hour outside the city. The elephant orphanage is open only from 11am to 12pm each day where the extremely large babies bumble out of their enclosures and into a large, roped off square full of mud and dirt to be fed by their carers – which is what you’re there to witness. The elephants come out in two different groups of about 10 each, rolling around and stealing the bottles of formula from the keepers’ hands. The keepers will talk you through the inception and purpose of the Trust, while telling you about each baby and how they came to be there. Many of the elephants have lost their families due to either drought or human-animal conflict. Note: get there early if you want a nice spot to be able to interact with the animals and head towards the bottom corner under the tree as there’s no other shade to be found next to the area. Be prepared to have these animals bump into you if they want and you may be able to pat them if they’re feeling bold enough.
What to see:
The Giraffe Centre
Ever wanted to feed a giraffe from your mouth? Me neither, but here you can. Only ten minutes from the elephant orphanage, the Giraffe Centre backs onto the ever famous Giraffe Manor hotel. Ideally do this prior to going to the Orphanage to prevent the ever present crushing of crowds and be able to feed the giraffes without the usual hustle and jostle around other tourists. Grab a handful of pellets and, with an open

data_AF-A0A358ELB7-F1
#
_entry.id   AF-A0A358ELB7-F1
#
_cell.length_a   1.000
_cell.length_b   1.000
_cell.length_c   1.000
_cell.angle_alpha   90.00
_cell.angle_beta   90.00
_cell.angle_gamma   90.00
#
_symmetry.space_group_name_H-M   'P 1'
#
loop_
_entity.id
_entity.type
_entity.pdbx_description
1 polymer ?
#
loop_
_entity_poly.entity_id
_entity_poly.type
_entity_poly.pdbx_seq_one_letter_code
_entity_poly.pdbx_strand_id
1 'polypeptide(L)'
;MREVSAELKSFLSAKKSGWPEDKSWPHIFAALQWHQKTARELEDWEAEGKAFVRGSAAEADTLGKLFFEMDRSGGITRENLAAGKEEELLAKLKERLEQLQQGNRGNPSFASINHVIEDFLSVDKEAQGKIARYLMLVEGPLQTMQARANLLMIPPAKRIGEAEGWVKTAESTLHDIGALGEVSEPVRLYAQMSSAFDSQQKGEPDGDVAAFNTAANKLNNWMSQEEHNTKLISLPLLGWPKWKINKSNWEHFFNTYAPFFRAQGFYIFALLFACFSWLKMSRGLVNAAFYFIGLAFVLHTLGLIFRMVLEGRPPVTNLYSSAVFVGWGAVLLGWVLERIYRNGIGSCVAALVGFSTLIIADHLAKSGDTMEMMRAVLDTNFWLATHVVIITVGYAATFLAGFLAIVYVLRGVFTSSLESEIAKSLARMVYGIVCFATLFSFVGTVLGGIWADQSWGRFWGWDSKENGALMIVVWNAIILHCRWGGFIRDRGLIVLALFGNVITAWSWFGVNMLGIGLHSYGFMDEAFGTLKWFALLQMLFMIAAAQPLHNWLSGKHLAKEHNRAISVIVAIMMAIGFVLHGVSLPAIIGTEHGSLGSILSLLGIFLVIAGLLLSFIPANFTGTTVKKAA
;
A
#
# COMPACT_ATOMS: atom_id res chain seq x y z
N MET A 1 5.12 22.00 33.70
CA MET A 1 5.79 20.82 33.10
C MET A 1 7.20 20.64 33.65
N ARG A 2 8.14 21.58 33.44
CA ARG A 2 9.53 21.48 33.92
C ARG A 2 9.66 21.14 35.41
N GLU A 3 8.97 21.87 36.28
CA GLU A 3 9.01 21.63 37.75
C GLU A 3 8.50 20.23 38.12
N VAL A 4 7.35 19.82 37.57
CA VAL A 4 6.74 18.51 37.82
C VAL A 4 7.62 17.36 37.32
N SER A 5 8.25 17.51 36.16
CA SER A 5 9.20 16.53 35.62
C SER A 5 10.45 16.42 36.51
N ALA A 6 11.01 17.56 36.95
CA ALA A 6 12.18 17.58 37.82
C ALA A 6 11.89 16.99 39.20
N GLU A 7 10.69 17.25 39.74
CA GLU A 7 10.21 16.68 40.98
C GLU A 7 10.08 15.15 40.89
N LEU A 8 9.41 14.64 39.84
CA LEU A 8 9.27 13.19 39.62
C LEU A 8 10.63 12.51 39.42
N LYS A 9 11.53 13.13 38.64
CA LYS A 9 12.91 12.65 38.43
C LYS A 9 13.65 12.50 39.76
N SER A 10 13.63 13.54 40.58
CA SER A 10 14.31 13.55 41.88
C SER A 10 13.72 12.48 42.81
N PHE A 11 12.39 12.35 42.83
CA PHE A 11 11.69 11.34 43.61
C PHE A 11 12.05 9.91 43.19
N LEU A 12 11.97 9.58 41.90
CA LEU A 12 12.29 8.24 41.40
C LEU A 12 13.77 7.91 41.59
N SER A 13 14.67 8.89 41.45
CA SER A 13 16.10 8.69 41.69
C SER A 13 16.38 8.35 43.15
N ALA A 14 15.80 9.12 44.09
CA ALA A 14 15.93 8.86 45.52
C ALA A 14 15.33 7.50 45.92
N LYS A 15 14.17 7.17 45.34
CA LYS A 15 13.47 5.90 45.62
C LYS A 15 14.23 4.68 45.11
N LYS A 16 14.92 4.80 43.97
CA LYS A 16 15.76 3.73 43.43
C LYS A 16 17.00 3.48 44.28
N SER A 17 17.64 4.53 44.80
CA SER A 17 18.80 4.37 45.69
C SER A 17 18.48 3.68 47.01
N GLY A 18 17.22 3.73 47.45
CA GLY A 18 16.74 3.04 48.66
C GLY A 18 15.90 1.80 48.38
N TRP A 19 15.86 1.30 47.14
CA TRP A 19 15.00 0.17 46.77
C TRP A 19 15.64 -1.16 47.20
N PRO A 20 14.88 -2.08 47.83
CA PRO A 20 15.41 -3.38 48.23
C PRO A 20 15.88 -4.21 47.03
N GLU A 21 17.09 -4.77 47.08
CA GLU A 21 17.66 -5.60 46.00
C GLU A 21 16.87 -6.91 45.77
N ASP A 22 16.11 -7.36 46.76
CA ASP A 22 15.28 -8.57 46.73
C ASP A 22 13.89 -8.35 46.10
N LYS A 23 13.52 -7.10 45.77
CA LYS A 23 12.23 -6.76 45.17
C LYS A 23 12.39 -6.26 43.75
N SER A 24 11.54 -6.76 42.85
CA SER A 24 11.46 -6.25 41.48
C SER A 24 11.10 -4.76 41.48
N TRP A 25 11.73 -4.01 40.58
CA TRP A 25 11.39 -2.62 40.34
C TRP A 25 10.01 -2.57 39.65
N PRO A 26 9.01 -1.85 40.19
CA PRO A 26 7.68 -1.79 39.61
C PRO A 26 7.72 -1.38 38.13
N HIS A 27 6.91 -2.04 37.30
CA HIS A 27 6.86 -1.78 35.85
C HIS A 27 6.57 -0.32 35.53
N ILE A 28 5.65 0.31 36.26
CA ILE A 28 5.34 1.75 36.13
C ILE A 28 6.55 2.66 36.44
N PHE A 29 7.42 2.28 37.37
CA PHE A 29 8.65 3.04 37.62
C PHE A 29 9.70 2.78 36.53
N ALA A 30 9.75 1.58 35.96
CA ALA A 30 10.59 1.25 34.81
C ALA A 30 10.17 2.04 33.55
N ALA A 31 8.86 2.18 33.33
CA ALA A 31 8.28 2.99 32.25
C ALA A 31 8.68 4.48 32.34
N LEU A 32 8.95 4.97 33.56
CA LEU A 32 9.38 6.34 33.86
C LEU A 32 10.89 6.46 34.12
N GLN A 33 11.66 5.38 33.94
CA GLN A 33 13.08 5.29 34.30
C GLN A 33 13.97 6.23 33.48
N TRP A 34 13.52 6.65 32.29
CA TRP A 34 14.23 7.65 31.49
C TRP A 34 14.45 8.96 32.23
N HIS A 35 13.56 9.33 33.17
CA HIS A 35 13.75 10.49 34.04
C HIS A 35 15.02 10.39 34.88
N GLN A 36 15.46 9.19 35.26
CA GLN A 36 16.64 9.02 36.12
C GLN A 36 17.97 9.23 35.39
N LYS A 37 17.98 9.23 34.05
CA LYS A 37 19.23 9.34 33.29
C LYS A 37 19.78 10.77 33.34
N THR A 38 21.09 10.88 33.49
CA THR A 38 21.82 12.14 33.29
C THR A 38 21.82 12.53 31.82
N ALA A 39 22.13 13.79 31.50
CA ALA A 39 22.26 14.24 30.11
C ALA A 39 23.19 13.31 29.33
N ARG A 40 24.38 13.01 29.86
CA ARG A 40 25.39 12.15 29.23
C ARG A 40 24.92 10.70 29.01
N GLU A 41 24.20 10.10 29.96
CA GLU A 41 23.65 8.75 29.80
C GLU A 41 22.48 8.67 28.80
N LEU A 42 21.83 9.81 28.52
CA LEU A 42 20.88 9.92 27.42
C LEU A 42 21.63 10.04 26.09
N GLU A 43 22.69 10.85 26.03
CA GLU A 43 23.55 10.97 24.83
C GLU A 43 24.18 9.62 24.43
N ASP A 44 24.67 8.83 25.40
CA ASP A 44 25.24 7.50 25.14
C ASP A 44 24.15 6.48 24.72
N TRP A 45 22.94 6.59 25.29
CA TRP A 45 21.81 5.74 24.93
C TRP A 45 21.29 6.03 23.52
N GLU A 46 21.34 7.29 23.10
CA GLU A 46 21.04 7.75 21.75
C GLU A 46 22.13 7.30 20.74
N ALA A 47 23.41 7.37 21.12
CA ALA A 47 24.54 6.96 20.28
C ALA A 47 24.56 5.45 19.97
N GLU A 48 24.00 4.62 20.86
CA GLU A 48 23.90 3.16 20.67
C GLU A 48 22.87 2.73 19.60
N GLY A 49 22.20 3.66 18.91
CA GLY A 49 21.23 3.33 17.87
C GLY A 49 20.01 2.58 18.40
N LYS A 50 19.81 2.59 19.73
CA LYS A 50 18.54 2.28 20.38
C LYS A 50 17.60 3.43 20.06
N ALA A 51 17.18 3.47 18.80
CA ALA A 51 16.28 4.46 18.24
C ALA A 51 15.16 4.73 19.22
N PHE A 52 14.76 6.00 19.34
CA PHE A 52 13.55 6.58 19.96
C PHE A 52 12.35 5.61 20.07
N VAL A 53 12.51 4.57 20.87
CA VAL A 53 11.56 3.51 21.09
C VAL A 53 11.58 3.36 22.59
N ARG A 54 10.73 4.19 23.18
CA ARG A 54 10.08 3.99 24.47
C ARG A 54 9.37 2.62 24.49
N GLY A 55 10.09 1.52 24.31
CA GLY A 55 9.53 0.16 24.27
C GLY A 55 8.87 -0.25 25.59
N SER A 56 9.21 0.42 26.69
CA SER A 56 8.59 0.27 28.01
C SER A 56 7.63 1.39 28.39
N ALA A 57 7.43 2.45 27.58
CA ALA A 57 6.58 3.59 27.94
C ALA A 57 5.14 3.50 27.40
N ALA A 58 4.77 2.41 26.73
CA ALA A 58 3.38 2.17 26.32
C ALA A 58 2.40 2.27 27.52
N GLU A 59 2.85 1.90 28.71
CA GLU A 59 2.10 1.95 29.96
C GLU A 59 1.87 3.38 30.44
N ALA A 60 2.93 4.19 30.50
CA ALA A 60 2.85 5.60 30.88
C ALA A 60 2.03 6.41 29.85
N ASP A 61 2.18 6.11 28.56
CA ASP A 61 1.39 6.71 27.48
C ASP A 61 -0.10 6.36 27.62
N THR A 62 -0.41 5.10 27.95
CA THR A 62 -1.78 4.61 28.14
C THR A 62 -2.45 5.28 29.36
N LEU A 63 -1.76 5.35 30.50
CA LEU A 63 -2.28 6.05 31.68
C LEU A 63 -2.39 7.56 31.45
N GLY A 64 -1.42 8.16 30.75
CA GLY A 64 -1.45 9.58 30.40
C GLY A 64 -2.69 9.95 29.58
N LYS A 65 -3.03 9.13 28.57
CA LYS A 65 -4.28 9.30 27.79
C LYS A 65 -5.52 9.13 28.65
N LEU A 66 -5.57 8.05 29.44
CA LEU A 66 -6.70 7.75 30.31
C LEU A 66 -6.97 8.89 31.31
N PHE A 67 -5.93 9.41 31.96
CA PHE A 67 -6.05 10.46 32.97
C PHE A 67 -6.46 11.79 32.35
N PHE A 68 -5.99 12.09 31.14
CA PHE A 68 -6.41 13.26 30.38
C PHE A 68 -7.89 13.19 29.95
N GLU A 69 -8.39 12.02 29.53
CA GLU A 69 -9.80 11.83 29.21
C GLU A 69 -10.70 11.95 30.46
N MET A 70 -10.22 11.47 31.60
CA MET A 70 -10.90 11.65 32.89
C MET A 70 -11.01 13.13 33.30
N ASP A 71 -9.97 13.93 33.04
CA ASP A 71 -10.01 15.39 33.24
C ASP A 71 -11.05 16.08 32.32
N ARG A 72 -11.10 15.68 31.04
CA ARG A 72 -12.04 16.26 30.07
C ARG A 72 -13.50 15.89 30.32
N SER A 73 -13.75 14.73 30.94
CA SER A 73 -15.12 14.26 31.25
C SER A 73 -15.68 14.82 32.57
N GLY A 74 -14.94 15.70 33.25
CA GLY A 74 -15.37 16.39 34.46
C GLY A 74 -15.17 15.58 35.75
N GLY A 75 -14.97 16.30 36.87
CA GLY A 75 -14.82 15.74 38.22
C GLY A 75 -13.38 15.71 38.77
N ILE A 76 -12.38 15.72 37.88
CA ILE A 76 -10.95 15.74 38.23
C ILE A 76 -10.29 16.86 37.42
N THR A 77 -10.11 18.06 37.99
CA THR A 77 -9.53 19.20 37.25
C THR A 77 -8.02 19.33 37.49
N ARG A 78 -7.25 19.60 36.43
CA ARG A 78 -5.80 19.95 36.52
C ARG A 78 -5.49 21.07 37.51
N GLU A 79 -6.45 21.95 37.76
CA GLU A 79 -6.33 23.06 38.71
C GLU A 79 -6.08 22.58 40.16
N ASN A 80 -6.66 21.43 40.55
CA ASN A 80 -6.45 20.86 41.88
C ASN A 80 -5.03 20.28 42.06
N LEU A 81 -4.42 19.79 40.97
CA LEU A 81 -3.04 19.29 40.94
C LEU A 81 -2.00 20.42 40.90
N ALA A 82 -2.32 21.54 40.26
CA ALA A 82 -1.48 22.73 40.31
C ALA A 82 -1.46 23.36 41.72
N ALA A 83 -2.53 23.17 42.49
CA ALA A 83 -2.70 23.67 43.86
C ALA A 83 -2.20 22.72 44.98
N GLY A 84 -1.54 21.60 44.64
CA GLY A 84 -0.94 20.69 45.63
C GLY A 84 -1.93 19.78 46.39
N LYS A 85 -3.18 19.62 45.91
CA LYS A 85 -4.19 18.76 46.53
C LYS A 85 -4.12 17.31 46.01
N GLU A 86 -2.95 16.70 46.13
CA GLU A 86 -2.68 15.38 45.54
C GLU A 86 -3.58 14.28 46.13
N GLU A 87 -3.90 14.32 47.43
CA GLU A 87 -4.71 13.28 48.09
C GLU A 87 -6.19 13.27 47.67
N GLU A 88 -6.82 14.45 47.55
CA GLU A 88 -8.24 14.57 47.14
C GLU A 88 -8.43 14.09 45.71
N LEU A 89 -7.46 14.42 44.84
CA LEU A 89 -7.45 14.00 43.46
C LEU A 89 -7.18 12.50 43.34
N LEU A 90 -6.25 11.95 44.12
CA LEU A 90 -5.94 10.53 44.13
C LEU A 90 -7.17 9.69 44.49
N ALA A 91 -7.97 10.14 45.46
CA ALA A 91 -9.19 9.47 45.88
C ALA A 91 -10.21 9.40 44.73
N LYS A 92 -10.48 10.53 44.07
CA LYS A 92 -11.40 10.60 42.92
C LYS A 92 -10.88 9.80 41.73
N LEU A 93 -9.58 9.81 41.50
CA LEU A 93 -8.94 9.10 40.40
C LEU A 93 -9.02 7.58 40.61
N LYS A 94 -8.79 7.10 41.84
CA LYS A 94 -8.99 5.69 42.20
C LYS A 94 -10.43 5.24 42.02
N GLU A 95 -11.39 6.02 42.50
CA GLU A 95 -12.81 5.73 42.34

palm, hold them out towards the long-necked creatures. The handlers will be watching and will also warn you if the one you’re about to feed is cranky aka is likely to give you a nip or a shove. Otherwise let their giant tongue lift the pellets from your hand as they stretch up towards you. Fact: you actually can feed them with your mouth if you really want by holding the pellet between your lips. Giraffe saliva is an antiseptic due to the acacia trees they’re always munching on. Don’t forget to go inside the treehouse to listen to a presentation about the animals, the centre itself, and even hold old giraffe bones and skulls.
How do I get to these places?